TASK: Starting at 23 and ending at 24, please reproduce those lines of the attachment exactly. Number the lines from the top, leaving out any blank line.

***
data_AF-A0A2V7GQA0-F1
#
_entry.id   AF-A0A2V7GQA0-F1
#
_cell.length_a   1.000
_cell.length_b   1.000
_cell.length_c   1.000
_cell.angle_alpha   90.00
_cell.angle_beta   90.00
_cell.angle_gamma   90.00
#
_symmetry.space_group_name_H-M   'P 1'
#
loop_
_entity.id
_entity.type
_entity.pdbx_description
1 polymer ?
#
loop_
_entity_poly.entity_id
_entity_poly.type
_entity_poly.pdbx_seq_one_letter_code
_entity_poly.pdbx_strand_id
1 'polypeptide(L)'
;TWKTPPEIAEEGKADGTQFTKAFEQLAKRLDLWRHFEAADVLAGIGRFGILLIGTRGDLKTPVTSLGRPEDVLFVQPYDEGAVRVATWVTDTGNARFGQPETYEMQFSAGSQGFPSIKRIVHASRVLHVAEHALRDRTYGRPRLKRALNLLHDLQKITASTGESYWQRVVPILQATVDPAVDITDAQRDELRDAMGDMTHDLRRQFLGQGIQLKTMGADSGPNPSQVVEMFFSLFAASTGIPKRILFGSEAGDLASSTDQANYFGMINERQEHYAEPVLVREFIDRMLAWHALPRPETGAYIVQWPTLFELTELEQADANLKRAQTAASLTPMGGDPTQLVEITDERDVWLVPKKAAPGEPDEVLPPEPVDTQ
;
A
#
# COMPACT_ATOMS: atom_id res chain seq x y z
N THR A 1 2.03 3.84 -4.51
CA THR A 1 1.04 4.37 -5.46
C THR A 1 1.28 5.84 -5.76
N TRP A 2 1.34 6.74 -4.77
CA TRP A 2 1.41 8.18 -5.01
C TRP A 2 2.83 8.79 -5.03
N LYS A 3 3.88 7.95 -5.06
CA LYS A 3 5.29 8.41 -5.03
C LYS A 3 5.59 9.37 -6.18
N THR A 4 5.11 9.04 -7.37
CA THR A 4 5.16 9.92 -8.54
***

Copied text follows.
_entity_poly.pdbx_seq_one_letter_code
_entity_poly.pdbx_strand_id